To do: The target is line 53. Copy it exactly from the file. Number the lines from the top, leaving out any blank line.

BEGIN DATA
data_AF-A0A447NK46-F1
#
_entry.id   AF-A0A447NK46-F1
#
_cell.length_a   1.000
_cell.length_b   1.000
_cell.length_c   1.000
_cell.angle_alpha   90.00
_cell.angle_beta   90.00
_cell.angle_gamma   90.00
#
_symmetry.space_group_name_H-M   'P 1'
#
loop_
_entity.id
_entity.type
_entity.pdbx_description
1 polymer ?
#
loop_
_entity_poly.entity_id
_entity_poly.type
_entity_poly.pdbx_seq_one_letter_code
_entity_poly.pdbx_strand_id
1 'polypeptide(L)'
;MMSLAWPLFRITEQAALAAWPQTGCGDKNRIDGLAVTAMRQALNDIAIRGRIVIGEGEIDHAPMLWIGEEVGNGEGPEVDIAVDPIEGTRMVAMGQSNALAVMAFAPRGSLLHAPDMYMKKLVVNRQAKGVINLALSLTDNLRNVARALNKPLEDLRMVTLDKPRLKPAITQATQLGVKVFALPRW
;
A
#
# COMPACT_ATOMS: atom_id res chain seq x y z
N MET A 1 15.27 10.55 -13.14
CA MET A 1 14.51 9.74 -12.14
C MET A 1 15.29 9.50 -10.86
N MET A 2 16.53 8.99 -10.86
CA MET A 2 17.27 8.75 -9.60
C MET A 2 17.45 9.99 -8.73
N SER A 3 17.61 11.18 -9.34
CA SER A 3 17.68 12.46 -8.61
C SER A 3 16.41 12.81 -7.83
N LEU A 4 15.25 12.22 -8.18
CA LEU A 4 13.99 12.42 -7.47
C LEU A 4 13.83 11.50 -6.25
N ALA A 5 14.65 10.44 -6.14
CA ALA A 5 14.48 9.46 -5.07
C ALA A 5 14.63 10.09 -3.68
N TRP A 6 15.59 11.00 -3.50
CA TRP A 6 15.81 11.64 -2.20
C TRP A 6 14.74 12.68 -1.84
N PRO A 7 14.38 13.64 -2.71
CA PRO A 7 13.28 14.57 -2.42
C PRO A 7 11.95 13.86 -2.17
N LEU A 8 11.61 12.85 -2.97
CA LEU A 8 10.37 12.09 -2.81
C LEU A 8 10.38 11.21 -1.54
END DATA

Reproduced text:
CA LEU A 8 10.37 12.09 -2.81